I know that I'm dating myself simply by
the title of this blog. Who of us doesn't
occasionally long for the days of disco...
oh but that is another blog for another
time. We recently arrived in humid (and
warm) Rome and could there be any more
beautiful city? Since getting off the plane
we've been reveling in all things Italiano.
Strolling the streets, dining on pasta, and
doing everything possible to appear like
locals rather than ugly American tourists.
We've seen the sights and oh... what a
sight our fellow travelers are to behold.
Unfortunately our togs seem to be
a bit inappropriate. Given our prior
predilection for all things Italian,
our sport coats, sweaters and shoes
should fit in quite nicely. However
we packed for autumn and it feels
closer to summer here in the eternal
city. Clothes make the man and it's
obvious that without them, we look
like every other visitor from Iowa.
While we try to stroll and strut like
Romans, I doubt anybody is fooled.
Hence we're praying for a cold snap!
Step it up
After our recent foray in Manhattan,
we're acutely aware of the negative
impact tourists have on a city. Rome
is packed with visitors. We'd hoped
October would be off season yet it's
apparent that anything in yoga pants
is the dominant species. The Piazza
di Spagna looks like a wheat field
during a locust invasion. While the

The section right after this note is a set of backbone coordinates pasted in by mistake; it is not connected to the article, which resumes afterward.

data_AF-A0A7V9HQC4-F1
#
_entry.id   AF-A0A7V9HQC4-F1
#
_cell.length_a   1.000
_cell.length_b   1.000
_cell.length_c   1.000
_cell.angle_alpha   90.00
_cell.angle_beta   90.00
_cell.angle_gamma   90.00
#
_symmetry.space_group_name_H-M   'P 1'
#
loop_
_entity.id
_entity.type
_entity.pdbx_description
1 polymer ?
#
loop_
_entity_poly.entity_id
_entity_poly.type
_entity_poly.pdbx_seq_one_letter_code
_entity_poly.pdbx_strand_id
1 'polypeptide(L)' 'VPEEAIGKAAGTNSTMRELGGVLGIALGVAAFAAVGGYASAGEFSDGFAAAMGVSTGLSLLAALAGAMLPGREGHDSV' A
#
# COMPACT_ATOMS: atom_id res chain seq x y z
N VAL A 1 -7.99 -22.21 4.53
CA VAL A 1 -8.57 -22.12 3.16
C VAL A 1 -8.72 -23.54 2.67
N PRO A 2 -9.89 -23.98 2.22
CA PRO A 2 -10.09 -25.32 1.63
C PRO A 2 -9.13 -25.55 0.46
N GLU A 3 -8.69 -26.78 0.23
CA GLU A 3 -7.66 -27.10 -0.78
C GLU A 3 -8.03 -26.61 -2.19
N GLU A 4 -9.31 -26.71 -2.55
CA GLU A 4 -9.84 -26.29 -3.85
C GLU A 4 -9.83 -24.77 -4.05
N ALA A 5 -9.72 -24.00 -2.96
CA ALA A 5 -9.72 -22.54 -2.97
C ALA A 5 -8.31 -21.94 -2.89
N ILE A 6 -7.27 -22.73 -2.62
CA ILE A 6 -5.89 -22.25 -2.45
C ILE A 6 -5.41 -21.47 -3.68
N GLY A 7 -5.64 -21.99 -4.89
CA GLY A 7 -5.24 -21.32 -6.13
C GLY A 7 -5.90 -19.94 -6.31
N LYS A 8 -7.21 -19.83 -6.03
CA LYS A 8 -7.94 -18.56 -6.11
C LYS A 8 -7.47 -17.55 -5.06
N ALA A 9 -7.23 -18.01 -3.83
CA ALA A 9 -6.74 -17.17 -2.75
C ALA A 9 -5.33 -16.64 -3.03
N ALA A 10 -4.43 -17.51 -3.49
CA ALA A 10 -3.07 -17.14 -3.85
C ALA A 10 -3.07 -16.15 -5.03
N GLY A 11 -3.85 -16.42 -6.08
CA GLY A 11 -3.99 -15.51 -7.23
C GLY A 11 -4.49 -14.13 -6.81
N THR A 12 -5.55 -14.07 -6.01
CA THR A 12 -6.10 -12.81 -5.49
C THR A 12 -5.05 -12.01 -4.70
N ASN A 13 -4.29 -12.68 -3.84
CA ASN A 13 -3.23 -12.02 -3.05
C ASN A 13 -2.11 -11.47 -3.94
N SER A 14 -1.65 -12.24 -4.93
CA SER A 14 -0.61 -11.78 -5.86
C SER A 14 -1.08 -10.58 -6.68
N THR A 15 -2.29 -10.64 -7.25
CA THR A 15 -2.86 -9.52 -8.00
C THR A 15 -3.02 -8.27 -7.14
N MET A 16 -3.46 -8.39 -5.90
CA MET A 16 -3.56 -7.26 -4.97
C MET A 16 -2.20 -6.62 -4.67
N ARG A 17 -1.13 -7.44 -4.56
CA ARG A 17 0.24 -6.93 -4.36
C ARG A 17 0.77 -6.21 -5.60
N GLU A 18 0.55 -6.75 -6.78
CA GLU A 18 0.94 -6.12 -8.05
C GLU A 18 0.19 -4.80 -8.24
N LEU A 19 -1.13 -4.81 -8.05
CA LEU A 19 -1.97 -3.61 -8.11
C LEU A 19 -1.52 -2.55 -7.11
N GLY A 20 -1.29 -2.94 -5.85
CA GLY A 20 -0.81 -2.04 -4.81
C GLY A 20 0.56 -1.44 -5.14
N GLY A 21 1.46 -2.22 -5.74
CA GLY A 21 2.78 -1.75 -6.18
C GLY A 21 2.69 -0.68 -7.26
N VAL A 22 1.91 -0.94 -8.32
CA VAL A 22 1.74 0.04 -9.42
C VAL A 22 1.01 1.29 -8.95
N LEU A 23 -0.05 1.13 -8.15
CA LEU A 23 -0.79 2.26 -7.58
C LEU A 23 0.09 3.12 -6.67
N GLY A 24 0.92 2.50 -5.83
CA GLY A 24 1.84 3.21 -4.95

surrounding shops are beyond posh,
it's obvious that these foreign folks
are not focused on building their fall
wardrobes given there is no Walmart.
One might think recent concerns about
carbon footprints and global warming
would keep the curious away. Rather
they seem to wandering about sucking
the life out la dolce vita. But who am
I to talk? The fact is we're just another
pair of them - the only difference being
we're slightly better dressed. What we
resent is that we did not travel all these
miles to hang with fellow Americans.
That's the last thing either of us wanted.
In fact we'd hoped to leave our world
behind and pretend we were Italians.
So we're trying to stay away from the
hot spots and instead wandering off
the beaten track. Even if we dine at
places most travelers can't afford, it
seems that Italian is sadly the second
language. This is our moment in the
sun (it's still like summer here) and I'm
going to bask in it's glory. We may just
have to rent a car and travel south. The
only unfortunate thing is that again, all
the Italians will have gone home leaving
Brits, Germans and the odd Australian
behind. At least that's different isn't it?